USDA is recommending that California-based Ventria Bioscience be allowed grow this genetically-modified rice on 3,000 acres in Kansas. The rice would be used for pharmaceuticals. Public comment is open until 30 March. (Federal Register Notice - pdf - tip)
Critics cite problems with earlier USDA approved genetically-modified rice and corn projects -- projects that have seen seeds escape into the wild.
[The same day that this rule was announced, USDA] revealed that a type of rice seed in Arkansas had become contaminated with a different variety of genetically engineered rice, LL62, that was never released for marketing. The error was discovered in the course of an ongoing investigation into the widespread contamination of U.S. rice by yet another gene-altered variety, LL601, which has seriously disrupted rice exports.
Those problems, along with the previous discovery of unapproved, gene-altered StarLink corn in food and the accidental release of crops that had been engineered to make a vaccine for pig diarrhea, undermine the USDA's credibility, critics said.
What happened? LLRICE 601, produced by the German biotech company Bayer, made its way into the food chain: it escaped into the wild. The rice was grown at experimental sites from 1998-2001. It had been engineered to resist a herbicide; it was not "approved for human consumption anywhere in the world."
Last summer, a federal judge in Hawaii ruled that USDA "improperly allowed biotech companies to plant fields of corn and sugar cane that had been engineered to produce pharmaceutical products." Missing from that action: an environmental impact statement.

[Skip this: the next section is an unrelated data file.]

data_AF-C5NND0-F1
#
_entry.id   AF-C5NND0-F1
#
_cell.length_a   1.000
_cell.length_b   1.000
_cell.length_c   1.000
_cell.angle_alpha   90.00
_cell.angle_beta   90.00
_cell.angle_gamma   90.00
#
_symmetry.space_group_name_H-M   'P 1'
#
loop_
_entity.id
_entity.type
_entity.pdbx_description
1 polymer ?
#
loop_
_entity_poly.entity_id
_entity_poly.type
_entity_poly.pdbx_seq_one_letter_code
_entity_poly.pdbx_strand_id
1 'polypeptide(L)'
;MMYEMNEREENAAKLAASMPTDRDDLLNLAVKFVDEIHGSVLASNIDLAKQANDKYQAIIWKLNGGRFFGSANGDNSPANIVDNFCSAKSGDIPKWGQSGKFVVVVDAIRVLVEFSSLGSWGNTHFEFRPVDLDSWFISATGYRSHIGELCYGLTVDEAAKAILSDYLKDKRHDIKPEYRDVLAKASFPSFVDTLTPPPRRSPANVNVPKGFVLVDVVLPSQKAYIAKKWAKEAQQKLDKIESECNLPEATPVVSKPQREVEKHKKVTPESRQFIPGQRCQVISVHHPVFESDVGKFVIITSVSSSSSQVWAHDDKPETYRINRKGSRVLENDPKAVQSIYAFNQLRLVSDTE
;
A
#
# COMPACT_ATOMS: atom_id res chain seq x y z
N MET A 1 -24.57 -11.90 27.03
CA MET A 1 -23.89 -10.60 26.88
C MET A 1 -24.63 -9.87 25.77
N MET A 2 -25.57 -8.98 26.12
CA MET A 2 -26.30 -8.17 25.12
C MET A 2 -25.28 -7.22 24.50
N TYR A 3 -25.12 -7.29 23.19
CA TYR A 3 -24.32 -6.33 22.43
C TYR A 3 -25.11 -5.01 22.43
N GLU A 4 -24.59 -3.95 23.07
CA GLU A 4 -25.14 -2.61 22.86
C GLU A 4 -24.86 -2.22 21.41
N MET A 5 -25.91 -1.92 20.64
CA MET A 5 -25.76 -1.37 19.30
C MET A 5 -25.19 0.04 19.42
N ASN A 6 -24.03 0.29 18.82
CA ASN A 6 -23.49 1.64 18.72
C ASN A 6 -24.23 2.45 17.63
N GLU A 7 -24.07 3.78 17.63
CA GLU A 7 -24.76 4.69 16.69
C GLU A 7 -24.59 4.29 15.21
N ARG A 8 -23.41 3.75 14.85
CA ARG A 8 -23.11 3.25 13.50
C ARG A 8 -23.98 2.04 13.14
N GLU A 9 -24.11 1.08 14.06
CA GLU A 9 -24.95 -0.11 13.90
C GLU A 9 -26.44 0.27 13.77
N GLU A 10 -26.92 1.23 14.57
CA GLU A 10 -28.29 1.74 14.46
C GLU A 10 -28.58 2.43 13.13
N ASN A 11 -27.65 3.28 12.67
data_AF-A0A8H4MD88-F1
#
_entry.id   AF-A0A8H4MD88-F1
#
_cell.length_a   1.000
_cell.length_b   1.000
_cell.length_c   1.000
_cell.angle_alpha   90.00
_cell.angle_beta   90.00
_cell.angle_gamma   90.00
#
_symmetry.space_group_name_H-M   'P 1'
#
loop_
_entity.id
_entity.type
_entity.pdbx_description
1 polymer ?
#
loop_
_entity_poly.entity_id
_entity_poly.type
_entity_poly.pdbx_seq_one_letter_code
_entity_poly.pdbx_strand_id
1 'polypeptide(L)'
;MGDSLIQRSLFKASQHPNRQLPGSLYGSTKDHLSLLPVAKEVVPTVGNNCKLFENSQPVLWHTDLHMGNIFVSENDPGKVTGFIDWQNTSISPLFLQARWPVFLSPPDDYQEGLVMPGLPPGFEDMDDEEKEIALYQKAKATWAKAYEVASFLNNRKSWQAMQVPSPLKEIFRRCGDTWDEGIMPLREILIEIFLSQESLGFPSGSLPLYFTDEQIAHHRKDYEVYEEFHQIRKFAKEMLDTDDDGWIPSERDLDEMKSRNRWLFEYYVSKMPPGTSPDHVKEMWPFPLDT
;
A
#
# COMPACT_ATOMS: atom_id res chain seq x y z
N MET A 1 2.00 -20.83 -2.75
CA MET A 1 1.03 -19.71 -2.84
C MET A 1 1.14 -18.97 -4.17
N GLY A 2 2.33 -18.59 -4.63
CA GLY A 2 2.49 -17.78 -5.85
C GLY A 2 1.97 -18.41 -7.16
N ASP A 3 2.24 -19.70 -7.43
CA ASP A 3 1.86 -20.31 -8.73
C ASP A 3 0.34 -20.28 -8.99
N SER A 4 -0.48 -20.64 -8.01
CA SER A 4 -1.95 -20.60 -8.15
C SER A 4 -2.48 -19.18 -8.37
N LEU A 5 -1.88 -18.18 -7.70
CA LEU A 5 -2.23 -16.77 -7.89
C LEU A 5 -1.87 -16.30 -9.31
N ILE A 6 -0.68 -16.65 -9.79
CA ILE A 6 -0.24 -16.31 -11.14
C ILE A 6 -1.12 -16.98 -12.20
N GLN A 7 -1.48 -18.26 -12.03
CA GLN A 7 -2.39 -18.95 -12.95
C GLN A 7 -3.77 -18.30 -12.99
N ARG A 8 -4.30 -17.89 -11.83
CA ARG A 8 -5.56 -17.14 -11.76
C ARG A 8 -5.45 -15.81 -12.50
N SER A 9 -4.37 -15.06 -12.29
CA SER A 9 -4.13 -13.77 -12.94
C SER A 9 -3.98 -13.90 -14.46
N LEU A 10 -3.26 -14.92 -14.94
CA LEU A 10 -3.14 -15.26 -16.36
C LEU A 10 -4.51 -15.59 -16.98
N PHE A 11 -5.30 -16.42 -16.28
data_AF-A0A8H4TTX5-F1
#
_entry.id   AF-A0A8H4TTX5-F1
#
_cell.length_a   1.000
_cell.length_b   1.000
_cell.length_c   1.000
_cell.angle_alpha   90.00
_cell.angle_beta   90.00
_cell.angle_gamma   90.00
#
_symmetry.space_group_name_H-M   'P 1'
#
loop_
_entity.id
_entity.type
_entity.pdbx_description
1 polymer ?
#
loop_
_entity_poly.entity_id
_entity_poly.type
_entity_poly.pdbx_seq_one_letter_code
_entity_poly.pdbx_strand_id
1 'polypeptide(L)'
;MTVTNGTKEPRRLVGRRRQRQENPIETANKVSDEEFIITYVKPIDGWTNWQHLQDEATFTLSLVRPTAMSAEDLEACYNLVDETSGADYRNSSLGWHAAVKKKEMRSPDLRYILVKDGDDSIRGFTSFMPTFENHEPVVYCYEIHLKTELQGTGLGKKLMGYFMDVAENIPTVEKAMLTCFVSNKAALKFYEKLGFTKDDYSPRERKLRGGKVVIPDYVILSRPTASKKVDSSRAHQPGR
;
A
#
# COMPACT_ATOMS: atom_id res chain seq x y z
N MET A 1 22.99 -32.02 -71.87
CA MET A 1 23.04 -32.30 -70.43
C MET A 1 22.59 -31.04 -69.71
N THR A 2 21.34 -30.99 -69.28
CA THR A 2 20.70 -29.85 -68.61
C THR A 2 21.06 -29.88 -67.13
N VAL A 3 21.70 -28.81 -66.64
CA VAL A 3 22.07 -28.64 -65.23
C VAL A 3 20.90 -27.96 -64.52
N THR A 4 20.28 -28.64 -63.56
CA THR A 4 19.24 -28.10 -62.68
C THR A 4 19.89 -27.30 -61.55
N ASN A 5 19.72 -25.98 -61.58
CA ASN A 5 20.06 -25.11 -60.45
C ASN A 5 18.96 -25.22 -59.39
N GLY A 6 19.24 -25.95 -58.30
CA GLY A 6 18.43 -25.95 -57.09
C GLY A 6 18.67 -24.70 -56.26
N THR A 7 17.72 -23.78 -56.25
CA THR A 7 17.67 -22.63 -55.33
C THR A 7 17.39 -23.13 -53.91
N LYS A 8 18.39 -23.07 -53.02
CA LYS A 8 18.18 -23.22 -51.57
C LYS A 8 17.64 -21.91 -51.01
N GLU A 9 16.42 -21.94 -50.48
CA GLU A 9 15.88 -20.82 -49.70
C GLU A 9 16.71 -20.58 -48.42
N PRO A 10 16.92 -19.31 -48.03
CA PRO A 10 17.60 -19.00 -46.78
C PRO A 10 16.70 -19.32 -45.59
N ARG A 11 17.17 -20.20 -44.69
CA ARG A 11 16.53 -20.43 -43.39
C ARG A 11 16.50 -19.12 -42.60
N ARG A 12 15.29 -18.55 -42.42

Back To Today's Story
The WaPo reports that Missouri was ruled out as a test site because "Anheuser-Busch -- the nation's largest rice buyer... threatened to stop buying rice from the state if the deal went through."
There are three strands of rice: two proteins -- lactoferrin and lysozyme -- and serum albumin. The two proteins would be used in anti-diarrhea medicine for children in the developing world, according to Ventria. The albumin might make its way into "health foods such as yogurt and granola bars."
The Daily Mail notes that this "is what may people feared when, ten years ago, food scientists showed what was possible by inserting copies of fish genes from the flounder into tomatoes, to help them withstand frost."
How Much Is 3000 Acres?
One acre is about 1.32 football fields (including the end zone). Try to visualize 2500 contiguous football fields!
If my math* is correct, 3,000 acres = ~4.7 square miles. That's not an experimental sized plot.
What You Can Do
If you support or oppose this rule, supposedly you can comment online by visiting the Federal Government Rulemaking Portal. In the default search form:
- Select "Department of Agriculture' for the "Agency"
- Select 'Proposed Rules' for "Document Type."
- Type the docket number 'APHIS-2007-0006' in the "Keyword / ID" field
- Or do something similar with the "Advanced Search" - "Docket Search" form (accessible off the horizontal navigation bar.
Hope you have better luck than I did, as only one 2007 rule -- APHIS-2007-0001 -- is currently available for viewing. Be sure to ignore the instructions in the Federal Register -- they describe a search tool that doesn't exist.
Otherwise, postal mail is your friend. From the Federal Register:
Please send four copies of your comment (an original and three copies) to Docket No. APHIS–2007–0006, Regulatory Analysis and Development, PPD APHIS, Station 3A–03.8, 4700 River Road, Unit 118, Riverdale, MD 20737–1238. Please state that your comment refers to Docket No. APHIS– 2007–0006.
One square mile = 27,878,400 square feet (5,280*5,280)